Britain is poised for a so-called "double-dip" recession, the Organization for Economic Cooperation and Development said Thursday, as its £1.1 trillion ($1.747 trillion) economy shrinks again in the first three months of this year.
The Paris-based group expects a -0.4% contraction for the UK economy in the first quater of this year, following on from last quarter's -0.3% figure. The generally accepted definition of a recession is when an economy suffers two consecutive quarters of negative growth.
The news will likely add further pressure to the belagured coalition government of David Cameron and Nick Clegg, which has been hit by an avalance of negative headlines since its budget presentation to the House of Commons last week.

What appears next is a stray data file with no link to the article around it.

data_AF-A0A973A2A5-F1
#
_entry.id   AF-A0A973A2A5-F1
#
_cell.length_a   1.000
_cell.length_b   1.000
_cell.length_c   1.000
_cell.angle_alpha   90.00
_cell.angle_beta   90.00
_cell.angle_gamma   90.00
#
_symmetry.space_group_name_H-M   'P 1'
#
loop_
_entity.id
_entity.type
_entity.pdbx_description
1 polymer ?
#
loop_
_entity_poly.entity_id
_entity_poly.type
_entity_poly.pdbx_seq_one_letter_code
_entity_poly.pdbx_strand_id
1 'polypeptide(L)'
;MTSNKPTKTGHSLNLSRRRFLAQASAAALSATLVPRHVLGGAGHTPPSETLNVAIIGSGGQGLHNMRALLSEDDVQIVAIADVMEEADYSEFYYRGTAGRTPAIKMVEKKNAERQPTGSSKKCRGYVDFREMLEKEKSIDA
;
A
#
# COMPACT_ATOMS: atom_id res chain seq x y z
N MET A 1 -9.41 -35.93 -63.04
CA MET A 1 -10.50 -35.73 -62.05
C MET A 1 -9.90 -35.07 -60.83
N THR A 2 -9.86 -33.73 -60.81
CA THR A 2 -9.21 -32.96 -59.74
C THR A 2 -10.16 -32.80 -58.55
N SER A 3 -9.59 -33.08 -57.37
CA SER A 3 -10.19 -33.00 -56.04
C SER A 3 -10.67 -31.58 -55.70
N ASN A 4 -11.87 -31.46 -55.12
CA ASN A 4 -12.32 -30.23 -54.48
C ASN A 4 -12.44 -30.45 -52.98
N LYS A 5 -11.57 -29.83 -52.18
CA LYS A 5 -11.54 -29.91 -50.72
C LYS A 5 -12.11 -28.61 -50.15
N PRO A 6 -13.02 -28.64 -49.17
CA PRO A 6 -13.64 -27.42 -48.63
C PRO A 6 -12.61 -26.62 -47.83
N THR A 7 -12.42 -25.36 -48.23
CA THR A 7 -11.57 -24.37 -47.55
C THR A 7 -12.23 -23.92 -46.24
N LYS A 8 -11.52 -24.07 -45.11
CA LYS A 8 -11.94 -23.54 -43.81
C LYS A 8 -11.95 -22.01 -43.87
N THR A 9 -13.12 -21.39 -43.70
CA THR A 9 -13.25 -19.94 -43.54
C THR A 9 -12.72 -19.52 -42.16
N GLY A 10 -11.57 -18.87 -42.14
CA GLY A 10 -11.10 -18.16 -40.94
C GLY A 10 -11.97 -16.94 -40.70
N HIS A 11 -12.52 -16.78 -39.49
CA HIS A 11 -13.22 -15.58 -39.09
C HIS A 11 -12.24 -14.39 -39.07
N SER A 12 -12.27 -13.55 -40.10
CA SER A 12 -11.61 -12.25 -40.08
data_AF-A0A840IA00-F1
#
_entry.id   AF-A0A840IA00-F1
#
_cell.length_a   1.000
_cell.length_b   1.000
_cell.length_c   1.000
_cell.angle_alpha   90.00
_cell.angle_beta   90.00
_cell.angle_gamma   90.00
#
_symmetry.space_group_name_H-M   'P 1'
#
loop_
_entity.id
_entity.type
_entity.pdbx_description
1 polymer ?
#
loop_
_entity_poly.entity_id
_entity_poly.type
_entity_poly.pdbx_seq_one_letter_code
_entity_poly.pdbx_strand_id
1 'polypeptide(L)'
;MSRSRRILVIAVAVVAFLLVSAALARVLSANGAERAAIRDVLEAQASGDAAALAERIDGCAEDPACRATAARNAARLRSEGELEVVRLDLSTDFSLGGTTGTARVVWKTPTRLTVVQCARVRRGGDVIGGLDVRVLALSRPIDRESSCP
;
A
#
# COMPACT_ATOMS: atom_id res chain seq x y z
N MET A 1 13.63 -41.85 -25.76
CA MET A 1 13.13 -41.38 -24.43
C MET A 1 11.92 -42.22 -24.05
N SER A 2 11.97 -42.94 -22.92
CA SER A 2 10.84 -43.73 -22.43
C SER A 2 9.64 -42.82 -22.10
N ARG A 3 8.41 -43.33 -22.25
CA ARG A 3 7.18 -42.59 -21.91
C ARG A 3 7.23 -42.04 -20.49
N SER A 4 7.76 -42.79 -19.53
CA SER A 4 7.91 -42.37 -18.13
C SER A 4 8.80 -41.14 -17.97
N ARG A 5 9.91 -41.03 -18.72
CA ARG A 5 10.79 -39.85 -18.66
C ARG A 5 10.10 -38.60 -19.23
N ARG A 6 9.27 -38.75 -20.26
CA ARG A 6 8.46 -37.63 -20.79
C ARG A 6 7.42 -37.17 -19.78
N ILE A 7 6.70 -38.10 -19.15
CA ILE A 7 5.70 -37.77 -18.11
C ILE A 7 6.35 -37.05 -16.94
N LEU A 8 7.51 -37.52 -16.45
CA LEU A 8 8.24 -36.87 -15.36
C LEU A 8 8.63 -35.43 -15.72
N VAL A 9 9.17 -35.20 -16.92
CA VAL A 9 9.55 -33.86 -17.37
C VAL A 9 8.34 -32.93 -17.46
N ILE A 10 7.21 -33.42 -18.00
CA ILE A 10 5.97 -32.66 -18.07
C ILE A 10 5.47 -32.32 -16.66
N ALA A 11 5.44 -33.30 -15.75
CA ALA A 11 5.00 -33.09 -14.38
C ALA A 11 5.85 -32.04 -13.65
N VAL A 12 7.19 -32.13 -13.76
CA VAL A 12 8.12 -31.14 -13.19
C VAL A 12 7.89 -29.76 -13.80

Only yesterday, the Office for National Statistics revised its growth estimate for the final three months of last year, saying the UK economy contracted at a faster pace, -0.3%, than first anticipated.
The ONS also revealed that disposable incomes for the full year fell -1.2% for most Britons, the steepest drop since at least 1977, as wage increases failed to match the rising pace of inflation.
Further gloomy data for Europe's second-largest economy came from the Nationwide Building Society Thusday as it's well-watched house price index recorded the sharpest monthly fall - 1% - in two years.